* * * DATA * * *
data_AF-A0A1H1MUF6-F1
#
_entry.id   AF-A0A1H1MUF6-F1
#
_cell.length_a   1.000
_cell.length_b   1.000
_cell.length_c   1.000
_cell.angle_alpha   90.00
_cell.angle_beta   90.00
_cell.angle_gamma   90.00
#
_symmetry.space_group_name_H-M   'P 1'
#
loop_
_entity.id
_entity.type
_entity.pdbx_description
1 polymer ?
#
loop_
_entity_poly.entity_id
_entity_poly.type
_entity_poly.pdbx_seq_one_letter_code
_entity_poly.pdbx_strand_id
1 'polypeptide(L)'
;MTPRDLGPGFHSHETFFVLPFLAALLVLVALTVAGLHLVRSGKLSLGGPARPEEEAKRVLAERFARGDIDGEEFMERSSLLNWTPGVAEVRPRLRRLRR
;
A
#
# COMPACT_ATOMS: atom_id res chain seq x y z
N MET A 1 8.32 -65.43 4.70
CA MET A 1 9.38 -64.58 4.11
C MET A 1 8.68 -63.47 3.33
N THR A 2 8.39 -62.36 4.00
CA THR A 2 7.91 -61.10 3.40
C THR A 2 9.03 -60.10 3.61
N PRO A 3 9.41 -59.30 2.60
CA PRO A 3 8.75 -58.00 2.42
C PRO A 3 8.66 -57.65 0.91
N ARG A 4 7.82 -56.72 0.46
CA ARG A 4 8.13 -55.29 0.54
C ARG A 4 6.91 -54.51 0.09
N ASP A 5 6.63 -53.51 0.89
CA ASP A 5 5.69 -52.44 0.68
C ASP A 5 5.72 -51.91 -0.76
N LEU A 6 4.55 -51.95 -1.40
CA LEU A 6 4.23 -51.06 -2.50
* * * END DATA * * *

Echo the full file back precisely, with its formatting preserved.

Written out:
data_AF-A0A1H1MUF6-F1
#
_entry.id   AF-A0A1H1MUF6-F1
#
_cell.length_a   1.000
_cell.length_b   1.000
_cell.length_c   1.000
_cell.angle_alpha   90.00
_cell.angle_beta   90.00
_cell.angle_gamma   90.00
#
_symmetry.space_group_name_H-M   'P 1'
#
loop_
_entity.id
_entity.type
_entity.pdbx_description
1 polymer ?
#
loop_
_entity_poly.entity_id
_entity_poly.type
_entity_poly.pdbx_seq_one_letter_code
_entity_poly.pdbx_strand_id
1 'polypeptide(L)'
;MTPRDLGPGFHSHETFFVLPFLAALLVLVALTVAGLHLVRSGKLSLGGPARPEEEAKRVLAERFARGDIDGEEFMERSSLLNWTPGVAEVRPRLRRLRR
;
A
#
# COMPACT_ATOMS: atom_id res chain seq x y z
N MET A 1 8.32 -65.43 4.70
CA MET A 1 9.38 -64.58 4.11
C MET A 1 8.68 -63.47 3.33
N THR A 2 8.39 -62.36 4.00
CA THR A 2 7.91 -61.10 3.40
C THR A 2 9.03 -60.10 3.61
N PRO A 3 9.41 -59.30 2.60
CA PRO A 3 8.75 -58.00 2.42
C PRO A 3 8.66 -57.65 0.91
N ARG A 4 7.82 -56.72 0.46
CA ARG A 4 8.13 -55.29 0.54
C ARG A 4 6.91 -54.51 0.09
N ASP A 5 6.63 -53.51 0.89
CA ASP A 5 5.69 -52.44 0.68
C ASP A 5 5.72 -51.91 -0.76
N LEU A 6 4.55 -51.95 -1.40
CA LEU A 6 4.23 -51.06 -2.50